During the spring of 1997, I first became aware of Ben Carson. It was also that spring in which I elected to interview and accept a youth ministry position at one of the largest churches of Christ congregations in the nation. While holding office hours on one June day of 1997, I took a trip to the congregation’s library. I checked out Carson’s book, Gifted Hands, and was amazed by him as a black man with such a prolific story. I looked up to Ben; he represented a different narrative to the one I was used to. After listening to an NPR piece on Ben Carson today, I sat back and thought about my initial thoughts of him.
Sure enough, the NPR piece fit my impressions. Here is a man that dealt with some of the things I dealt with at an early age. I got into a number of fights before being allotted an opportunity to attend ACA – a Montgomery independent school. What many do not know about me is that I was admitted on probation. My grades were not great until I got to ACA. It is a good thing I tested well. Before attending ACA, I had been suspended a number of times for fighting. I had serious anger issues and a distrust of others. I watched drug deals and community gun violence toward others. Once at ACA, I divorced myself from a few folks I tended to run the streets with. I had a great girlfriend, teachers, and a head football coach who held me accountable. I took demanding courses and became a great student. My football coach is still one of my heroes. Better yet, without an ACA education I would not be the academic, teacher, nor husband that I am today.
Ben Carson also had poor grades; he got in fights and was suspended from school too. However, according to his story, he did try to kill a person out of anger. I never did that; however, I was in some serious fights. I will admit to always having a bit of fanfare toward Carson. Here is a man that defied the inner city of Detroit. Regardless of his accomplishments, he is still a black man that dealt with all of the realities black men face. He built centers for black kids in hopes of helping them improve in school; he gave money to help inner city black kids afford college. I was in love with this man. Black people in general loved him.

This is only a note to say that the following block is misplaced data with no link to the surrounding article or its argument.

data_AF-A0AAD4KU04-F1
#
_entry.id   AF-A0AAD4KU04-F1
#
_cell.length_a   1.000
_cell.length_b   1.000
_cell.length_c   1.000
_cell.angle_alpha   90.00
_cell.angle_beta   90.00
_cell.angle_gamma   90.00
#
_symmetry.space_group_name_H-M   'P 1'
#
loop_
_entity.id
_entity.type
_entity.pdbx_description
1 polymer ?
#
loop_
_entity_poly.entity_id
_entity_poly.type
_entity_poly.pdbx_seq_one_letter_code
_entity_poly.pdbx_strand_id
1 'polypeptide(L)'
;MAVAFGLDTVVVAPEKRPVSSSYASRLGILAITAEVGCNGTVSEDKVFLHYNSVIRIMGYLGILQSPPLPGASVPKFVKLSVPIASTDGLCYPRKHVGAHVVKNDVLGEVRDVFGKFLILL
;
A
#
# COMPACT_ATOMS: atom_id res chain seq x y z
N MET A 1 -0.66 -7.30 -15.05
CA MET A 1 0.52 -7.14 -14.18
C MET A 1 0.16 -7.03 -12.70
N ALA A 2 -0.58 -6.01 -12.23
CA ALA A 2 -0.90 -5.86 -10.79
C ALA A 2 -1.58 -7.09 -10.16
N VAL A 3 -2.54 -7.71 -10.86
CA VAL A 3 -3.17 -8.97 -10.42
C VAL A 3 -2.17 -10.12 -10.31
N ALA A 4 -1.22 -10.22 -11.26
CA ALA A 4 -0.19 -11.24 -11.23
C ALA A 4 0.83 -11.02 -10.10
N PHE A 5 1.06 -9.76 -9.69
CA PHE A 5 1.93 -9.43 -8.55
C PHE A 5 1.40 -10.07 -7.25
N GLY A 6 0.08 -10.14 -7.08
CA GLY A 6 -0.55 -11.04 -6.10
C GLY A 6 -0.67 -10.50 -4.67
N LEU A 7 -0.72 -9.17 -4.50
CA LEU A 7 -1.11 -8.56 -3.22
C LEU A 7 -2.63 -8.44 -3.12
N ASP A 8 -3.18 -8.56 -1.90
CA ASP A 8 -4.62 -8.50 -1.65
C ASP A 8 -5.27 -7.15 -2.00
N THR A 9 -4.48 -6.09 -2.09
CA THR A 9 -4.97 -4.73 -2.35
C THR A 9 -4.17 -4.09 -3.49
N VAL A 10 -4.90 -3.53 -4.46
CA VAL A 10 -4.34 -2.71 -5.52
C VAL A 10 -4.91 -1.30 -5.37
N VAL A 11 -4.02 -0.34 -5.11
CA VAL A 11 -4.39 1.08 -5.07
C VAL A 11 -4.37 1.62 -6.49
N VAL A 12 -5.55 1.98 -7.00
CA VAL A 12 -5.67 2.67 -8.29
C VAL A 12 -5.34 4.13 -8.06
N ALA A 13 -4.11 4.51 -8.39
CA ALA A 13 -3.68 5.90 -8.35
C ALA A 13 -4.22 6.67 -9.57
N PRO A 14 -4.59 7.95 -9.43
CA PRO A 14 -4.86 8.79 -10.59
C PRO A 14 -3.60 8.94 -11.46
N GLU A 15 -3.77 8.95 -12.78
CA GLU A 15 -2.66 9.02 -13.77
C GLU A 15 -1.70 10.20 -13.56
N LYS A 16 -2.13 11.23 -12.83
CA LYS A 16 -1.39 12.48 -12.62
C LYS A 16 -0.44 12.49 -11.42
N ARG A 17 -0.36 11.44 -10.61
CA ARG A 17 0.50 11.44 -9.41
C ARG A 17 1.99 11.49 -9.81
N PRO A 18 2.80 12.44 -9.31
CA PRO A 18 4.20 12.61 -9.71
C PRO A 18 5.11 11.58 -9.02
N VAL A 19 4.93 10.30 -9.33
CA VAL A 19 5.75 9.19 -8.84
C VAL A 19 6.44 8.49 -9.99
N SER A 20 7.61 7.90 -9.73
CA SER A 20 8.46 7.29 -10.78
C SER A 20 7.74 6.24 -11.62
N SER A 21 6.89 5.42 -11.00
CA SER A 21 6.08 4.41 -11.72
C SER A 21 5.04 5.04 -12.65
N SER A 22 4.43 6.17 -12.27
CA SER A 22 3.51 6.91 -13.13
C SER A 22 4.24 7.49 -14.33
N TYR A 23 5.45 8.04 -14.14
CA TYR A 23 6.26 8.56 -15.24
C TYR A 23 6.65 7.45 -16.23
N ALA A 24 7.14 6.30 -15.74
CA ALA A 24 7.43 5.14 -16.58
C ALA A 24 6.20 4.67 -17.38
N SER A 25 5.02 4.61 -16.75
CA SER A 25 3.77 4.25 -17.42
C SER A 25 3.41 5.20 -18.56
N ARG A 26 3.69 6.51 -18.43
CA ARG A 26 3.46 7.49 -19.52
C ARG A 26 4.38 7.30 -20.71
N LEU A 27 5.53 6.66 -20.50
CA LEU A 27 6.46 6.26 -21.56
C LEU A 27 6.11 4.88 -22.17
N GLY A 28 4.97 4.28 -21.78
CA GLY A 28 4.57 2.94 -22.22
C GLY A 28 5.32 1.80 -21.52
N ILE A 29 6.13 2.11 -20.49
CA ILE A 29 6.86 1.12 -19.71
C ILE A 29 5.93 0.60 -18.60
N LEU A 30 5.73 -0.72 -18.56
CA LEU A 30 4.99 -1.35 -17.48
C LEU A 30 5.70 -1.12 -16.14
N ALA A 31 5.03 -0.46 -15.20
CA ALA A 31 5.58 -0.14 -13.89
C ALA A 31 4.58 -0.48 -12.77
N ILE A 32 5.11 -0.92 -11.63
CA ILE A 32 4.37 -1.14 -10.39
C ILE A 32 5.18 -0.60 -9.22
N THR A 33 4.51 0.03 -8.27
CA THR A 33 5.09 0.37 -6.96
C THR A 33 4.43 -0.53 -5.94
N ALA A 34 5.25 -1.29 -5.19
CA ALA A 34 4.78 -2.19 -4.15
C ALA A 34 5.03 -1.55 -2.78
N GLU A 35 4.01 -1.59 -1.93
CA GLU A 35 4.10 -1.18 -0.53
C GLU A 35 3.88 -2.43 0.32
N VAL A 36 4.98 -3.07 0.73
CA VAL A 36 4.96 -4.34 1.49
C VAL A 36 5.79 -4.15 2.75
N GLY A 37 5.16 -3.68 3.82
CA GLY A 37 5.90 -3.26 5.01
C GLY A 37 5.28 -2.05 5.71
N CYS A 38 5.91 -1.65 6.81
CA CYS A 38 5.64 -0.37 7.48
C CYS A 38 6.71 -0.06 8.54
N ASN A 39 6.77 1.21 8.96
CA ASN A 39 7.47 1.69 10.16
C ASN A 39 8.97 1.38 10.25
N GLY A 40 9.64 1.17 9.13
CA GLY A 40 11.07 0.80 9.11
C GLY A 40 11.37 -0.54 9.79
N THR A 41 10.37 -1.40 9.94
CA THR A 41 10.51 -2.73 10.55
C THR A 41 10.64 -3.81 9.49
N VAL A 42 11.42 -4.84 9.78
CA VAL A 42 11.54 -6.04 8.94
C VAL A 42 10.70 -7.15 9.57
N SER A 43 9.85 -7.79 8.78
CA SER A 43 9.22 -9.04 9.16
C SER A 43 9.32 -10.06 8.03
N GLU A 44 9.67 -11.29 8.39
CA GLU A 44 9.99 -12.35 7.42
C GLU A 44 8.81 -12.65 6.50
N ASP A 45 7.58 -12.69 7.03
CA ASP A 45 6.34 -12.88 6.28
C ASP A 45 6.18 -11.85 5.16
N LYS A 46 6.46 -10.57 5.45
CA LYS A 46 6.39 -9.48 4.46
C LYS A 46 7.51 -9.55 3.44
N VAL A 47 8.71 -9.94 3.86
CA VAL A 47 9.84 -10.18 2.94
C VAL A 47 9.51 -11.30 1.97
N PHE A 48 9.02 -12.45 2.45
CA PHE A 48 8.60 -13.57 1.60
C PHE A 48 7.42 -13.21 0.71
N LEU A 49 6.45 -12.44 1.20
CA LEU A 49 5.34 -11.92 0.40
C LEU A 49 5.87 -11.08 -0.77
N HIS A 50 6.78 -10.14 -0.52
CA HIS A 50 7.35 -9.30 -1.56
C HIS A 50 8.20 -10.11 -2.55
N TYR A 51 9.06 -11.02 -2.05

Hence, it is at this point that I am perplexed. Carson has allied himself with a very conservative ideological position that spells anti-black. His voice has become more radical as his disposition toward the black community is a bit distant. I am not sure why this is the case. I know he had no help in his emergence to being a better student. Well, his faith and belief in God offered him salvation. And yes, he has reached a point of being a savior to many. However, I am not sure his approach to being a savior extends fully to black people. I want Carson to know that not all people can emulate his direct path. It is here that I believe his voice needs to be more vocal toward the lack of redistribution of wealth to certain communities. Carson needs to make amend with black folks. Beating up Obama and attacking institutions that empowers black people is not the answer.
As a leftist, I still admire and believe in Ben Carson. Black people spend too much time putting other black people down. I would like to see Carson model this by traveling back to the Ben I first discovered. Black men cannot afford to throw other black men under the bus. I admire his faith and what he has managed to do. So, I will no longer take aim at Ben. However, I will be his champion in hopes that he will grasp the complexities of race and class in the 21st century.